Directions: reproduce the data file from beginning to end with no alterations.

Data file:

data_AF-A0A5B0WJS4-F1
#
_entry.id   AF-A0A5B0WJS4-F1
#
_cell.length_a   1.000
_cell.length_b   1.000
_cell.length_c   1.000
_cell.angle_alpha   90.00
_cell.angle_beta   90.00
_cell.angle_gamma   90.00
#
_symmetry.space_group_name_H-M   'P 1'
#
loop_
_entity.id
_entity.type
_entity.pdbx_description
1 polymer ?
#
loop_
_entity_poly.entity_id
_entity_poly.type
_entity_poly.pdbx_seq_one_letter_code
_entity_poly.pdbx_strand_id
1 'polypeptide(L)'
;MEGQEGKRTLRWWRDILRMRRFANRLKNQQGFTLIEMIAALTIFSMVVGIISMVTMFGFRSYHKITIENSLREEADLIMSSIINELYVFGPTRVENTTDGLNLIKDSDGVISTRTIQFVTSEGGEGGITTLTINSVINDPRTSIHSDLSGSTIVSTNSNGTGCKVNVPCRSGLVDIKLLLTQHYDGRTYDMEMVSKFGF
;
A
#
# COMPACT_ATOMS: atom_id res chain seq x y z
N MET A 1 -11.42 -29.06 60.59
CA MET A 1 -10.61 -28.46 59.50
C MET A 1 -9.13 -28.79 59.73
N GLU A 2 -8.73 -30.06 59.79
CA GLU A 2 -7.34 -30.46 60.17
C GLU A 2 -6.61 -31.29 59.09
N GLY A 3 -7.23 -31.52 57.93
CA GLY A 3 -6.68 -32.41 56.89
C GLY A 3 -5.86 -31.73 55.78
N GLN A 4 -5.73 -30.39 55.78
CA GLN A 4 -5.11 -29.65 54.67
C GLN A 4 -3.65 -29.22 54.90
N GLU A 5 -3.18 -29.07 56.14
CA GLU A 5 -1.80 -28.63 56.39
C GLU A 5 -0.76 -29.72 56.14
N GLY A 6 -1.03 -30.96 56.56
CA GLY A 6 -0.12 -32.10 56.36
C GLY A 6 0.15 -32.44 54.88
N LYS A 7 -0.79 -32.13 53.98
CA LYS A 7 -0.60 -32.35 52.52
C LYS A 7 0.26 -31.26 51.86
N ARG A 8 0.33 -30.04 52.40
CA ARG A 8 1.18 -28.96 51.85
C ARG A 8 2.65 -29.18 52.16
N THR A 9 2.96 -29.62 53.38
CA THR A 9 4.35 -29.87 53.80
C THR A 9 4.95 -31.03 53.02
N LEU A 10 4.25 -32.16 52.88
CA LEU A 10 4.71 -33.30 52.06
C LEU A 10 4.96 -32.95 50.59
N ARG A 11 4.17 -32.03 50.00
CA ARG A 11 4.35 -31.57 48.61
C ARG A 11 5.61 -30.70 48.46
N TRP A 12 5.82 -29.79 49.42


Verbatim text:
data_AF-A0A5B0WJS4-F1
#
_entry.id   AF-A0A5B0WJS4-F1
#
_cell.length_a   1.000
_cell.length_b   1.000
_cell.length_c   1.000
_cell.angle_alpha   90.00
_cell.angle_beta   90.00
_cell.angle_gamma   90.00
#
_symmetry.space_group_name_H-M   'P 1'
#
loop_
_entity.id
_entity.type
_entity.pdbx_description
1 polymer ?
#
loop_
_entity_poly.entity_id
_entity_poly.type
_entity_poly.pdbx_seq_one_letter_code
_entity_poly.pdbx_strand_id
1 'polypeptide(L)'
;MEGQEGKRTLRWWRDILRMRRFANRLKNQQGFTLIEMIAALTIFSMVVGIISMVTMFGFRSYHKITIENSLREEADLIMSSIINELYVFGPTRVENTTDGLNLIKDSDGVISTRTIQFVTSEGGEGGITTLTINSVINDPRTSIHSDLSGSTIVSTNSNGTGCKVNVPCRSGLVDIKLLLTQHYDGRTYDMEMVSKFGF
;
A
#
# COMPACT_ATOMS: atom_id res chain seq x y z
N MET A 1 -11.42 -29.06 60.59
CA MET A 1 -10.61 -28.46 59.50
C MET A 1 -9.13 -28.79 59.73
N GLU A 2 -8.73 -30.06 59.79
CA GLU A 2 -7.34 -30.46 60.17
C GLU A 2 -6.61 -31.29 59.09
N GLY A 3 -7.23 -31.52 57.93
CA GLY A 3 -6.68 -32.41 56.89
C GLY A 3 -5.86 -31.73 55.78
N GLN A 4 -5.73 -30.39 55.78
CA GLN A 4 -5.11 -29.65 54.67
C GLN A 4 -3.65 -29.22 54.90
N GLU A 5 -3.18 -29.07 56.14
CA GLU A 5 -1.80 -28.63 56.39
C GLU A 5 -0.76 -29.72 56.14
N GLY A 6 -1.03 -30.96 56.56
CA GLY A 6 -0.12 -32.10 56.36
C GLY A 6 0.15 -32.44 54.88
N LYS A 7 -0.79 -32.13 53.98
CA LYS A 7 -0.60 -32.35 52.52
C LYS A 7 0.26 -31.26 51.86
N ARG A 8 0.33 -30.04 52.40
CA ARG A 8 1.18 -28.96 51.85
C ARG A 8 2.65 -29.18 52.16
N THR A 9 2.96 -29.62 53.38
CA THR A 9 4.35 -29.87 53.80
C THR A 9 4.95 -31.03 53.02
N LEU A 10 4.25 -32.16 52.88
CA LEU A 10 4.71 -33.30 52.06
C LEU A 10 4.96 -32.95 50.59
N ARG A 11 4.17 -32.03 50.00
CA ARG A 11 4.35 -31.57 48.61
C ARG A 11 5.61 -30.70 48.46
N TRP A 12 5.82 -29.79 49.42